' ' Cinema Romantico: Some Drivel On...the Oscar Nominations

Tuesday, January 23, 2018

Some Drivel On...the Oscar Nominations


(You can find a full list of Oscar nominations here.)

Nominations for the 90th Academy Awards were announced in Los Angeles Tuesday morning by Andy Serkis and Tiffany Haddish, star of “Girls Trip”, whose forceful comic turn teased thoughts of a Best Supporting Actress nomination. Perhaps that is why she was enlisted as a presenter, to capture her reaction in real time, especially since her NYFCC victory speech was so social media-y infamous, except that in the end, no, Ms. Haddish was not nominated. Maybe this was just miscalculated overconfidence by the powers-that-be, or maybe just the powers-that-be realizing they needed a person of color up there announcing nominations too, but a couple years out from #OscarsSoWhite it could have been a bad look had the Best Supporting Actress category not wound up populated by two black women anyway – Octavia Spencer in “The Shape of Water” and Mary J. Blige in “Mudbound.” Of course, those are more traditional sort of roles than Haddish’s, suggesting that Oscars progress still has something like a traditionalist bent. I mean, didn’t Melissa McCarthy get a nod for “Bridesmaids”? Maybe McCarthy’s painful pooping is just more Day Lewis-y than Haddish’s ecstatic urinating, who’s to say? Anyway.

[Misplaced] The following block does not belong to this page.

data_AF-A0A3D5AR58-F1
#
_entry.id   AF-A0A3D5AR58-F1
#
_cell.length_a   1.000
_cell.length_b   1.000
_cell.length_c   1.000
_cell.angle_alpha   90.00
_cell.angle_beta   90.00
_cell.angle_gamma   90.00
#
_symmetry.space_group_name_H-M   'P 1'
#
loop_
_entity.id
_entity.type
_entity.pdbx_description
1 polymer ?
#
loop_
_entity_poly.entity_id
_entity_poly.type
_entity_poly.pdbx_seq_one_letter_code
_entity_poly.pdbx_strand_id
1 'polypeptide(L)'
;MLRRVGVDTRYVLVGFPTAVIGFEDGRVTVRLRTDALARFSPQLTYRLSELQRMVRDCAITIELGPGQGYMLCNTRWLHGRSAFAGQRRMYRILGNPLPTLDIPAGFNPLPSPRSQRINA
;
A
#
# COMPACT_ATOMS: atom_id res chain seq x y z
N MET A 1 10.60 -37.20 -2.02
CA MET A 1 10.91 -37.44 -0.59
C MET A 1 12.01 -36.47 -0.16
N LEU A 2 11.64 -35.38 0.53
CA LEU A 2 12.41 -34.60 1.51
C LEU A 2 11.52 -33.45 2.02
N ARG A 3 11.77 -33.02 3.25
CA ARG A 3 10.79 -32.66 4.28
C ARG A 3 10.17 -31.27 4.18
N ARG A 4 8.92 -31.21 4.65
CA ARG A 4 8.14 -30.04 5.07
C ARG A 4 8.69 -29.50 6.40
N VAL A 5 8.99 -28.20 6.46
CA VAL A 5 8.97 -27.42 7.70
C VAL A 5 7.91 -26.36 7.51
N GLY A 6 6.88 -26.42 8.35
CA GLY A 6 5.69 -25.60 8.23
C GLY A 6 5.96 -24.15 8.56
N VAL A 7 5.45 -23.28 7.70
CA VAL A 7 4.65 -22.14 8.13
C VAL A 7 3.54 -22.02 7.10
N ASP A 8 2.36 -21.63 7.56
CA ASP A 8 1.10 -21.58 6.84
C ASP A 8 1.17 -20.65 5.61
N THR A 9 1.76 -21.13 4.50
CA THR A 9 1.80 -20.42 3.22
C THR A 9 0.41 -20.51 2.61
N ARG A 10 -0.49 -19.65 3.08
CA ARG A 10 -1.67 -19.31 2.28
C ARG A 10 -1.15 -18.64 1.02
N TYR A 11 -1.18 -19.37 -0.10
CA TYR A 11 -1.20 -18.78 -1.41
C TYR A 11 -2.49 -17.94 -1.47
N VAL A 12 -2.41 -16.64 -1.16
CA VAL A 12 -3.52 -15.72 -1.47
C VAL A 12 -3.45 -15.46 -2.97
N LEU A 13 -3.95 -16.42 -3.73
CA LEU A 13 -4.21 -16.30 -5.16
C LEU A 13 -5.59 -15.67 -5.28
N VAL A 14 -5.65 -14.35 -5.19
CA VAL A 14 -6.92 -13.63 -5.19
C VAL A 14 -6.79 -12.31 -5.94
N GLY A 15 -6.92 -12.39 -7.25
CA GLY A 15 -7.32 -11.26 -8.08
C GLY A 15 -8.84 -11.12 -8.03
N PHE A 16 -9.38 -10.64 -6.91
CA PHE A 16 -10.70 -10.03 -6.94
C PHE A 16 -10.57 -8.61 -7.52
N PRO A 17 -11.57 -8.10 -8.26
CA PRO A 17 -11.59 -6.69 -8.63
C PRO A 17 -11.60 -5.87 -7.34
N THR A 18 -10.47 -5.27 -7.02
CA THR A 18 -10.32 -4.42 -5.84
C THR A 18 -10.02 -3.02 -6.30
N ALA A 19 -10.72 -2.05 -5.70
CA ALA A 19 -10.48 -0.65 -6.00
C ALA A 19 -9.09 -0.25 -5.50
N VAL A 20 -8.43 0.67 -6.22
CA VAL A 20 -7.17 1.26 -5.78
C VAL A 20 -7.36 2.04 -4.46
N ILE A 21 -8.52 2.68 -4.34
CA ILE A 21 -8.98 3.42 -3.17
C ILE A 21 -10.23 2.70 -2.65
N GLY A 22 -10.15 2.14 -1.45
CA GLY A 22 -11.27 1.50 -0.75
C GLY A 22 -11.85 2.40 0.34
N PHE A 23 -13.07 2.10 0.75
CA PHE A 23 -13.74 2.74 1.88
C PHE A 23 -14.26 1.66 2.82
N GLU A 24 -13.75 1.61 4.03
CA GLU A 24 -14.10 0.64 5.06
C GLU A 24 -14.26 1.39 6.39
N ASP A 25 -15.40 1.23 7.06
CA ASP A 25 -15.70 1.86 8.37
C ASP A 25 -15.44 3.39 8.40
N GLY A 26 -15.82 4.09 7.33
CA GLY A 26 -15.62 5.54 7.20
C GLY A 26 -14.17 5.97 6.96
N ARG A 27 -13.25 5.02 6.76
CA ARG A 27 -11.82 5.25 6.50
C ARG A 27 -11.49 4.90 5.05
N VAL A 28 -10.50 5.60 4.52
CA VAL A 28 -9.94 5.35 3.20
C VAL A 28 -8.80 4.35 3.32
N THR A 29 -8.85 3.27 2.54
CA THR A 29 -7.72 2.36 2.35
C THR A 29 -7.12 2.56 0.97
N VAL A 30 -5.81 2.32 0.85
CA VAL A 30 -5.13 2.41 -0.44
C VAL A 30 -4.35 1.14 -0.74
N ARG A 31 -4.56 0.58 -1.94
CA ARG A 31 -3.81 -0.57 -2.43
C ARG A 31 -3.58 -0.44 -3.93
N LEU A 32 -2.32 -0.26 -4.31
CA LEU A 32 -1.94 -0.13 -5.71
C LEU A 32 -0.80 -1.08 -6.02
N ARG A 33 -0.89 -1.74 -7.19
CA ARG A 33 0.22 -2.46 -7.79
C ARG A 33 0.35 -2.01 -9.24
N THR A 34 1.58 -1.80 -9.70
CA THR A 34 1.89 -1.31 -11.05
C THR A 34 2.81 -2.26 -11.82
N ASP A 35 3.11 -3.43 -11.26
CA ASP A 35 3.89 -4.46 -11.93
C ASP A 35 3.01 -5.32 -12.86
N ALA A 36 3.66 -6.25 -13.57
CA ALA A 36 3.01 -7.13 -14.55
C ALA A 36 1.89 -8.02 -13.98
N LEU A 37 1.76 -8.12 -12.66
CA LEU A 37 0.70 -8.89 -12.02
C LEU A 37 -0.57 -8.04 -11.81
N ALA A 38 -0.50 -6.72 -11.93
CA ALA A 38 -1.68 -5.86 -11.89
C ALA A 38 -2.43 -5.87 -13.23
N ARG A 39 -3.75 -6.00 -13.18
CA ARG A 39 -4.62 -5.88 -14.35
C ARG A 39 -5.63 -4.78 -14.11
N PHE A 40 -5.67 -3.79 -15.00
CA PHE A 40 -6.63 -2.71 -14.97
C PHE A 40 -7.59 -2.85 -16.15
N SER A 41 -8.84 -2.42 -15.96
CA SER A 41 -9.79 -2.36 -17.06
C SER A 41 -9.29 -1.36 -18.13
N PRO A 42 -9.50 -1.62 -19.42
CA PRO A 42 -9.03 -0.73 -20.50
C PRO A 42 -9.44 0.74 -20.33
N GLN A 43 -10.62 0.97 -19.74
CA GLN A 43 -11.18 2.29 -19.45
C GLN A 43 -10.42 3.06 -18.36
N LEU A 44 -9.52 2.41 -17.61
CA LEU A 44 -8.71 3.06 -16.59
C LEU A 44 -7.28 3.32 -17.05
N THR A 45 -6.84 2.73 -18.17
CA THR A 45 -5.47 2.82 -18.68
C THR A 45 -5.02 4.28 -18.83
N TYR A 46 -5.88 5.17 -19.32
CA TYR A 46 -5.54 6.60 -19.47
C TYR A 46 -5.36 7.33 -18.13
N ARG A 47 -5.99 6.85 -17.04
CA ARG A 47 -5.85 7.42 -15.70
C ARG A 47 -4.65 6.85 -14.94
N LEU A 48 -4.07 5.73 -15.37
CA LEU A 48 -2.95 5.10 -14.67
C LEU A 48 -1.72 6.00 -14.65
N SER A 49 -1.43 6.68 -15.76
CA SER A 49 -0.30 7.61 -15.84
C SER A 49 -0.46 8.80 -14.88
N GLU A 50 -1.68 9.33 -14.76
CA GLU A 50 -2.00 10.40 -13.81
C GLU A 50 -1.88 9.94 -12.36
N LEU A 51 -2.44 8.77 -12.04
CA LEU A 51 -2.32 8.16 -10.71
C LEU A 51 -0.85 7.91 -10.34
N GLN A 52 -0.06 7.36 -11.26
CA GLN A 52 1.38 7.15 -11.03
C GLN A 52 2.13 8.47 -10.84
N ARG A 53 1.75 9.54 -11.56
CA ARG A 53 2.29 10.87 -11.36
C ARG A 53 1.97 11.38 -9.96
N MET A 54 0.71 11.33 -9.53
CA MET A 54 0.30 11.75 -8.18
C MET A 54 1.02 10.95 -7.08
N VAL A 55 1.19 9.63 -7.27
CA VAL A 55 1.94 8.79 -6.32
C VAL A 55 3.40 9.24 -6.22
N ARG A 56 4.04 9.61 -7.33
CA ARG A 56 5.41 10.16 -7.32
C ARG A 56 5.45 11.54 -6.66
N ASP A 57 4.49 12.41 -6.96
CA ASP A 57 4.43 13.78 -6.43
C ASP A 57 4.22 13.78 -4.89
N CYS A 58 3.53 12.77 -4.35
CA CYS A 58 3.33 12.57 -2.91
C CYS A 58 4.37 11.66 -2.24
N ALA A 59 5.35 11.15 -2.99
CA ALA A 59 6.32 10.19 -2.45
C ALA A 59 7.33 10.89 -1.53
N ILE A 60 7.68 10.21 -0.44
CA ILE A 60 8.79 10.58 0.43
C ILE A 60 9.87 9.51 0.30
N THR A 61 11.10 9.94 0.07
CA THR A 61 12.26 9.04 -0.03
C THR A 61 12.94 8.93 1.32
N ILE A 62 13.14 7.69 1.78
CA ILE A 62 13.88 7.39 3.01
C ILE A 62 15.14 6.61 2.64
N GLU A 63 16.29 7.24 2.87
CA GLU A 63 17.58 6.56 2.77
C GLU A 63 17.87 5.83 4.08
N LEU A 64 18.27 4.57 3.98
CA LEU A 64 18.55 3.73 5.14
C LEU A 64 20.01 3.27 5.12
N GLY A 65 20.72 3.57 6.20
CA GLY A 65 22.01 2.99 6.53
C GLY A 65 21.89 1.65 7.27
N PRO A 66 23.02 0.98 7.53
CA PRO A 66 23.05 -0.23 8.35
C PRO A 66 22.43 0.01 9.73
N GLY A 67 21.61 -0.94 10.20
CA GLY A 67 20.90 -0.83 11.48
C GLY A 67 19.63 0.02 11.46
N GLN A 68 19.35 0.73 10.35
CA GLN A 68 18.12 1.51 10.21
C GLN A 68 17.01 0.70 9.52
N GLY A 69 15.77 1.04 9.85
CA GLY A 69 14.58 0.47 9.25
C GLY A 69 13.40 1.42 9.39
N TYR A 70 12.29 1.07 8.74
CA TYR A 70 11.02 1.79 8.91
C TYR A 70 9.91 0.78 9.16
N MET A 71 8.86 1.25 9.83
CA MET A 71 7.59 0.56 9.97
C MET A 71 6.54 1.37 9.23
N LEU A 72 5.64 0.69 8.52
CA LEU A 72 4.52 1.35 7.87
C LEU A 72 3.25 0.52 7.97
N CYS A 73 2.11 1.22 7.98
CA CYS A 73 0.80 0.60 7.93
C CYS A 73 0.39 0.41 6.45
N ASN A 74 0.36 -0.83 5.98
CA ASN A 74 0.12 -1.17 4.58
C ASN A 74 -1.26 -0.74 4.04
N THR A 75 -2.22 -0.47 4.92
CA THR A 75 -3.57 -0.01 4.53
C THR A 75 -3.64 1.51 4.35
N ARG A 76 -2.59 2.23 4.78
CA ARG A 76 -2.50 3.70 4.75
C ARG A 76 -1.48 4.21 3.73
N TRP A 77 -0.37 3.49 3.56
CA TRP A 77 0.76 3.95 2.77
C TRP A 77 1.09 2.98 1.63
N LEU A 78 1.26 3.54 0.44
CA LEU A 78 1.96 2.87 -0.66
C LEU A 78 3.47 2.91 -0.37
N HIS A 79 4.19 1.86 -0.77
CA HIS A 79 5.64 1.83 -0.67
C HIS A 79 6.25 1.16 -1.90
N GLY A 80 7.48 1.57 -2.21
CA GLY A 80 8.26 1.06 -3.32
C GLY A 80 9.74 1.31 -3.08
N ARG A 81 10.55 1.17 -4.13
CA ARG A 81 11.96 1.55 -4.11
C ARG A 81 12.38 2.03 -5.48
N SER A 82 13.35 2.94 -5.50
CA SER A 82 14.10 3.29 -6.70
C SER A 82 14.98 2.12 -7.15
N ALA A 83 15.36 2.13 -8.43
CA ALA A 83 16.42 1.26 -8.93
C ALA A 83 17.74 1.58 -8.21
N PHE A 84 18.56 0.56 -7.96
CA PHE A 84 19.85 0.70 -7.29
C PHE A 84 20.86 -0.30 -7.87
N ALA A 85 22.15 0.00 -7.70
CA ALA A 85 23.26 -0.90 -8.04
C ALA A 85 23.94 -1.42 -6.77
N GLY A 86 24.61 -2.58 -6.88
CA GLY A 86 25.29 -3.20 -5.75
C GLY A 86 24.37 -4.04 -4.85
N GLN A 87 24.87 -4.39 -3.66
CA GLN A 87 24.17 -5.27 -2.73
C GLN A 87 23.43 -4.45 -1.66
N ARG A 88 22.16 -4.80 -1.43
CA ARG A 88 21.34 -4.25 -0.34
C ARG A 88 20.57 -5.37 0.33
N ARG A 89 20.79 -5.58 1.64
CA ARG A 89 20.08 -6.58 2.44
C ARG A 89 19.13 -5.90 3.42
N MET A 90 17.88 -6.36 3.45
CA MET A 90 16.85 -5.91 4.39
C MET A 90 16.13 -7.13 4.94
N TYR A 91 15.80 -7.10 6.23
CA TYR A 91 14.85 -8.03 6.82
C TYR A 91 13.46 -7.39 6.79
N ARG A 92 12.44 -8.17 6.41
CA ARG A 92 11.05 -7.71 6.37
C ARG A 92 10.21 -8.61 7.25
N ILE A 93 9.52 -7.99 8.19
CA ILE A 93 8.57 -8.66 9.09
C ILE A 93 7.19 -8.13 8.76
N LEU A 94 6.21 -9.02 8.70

Two years out now from the #OscarsSoWhite fiasco, the 2018 nominations appear a trend in the right direction, not just with Spencer and Blige but with African-American Jordan Peele earning both Best Directing and Best Screenplay nominations for “Get Out” while the film itself landed a Best Picture nomination to go along with Daniel Kaluuya’s Best Actor nod. What a haul. Dee Rees & Virgil Williams earned a nomination for Best Adapted Screenplay for “Mudbound” while the Netflix documentary “Strong Island” – which made this blog’s Top 10 – found itself as one of the five nominees for Best Documentary which damn right. (The director, Yance Ford, may also be, as Mark Harris noted via Twitter, the first Transgender director ever recognized.)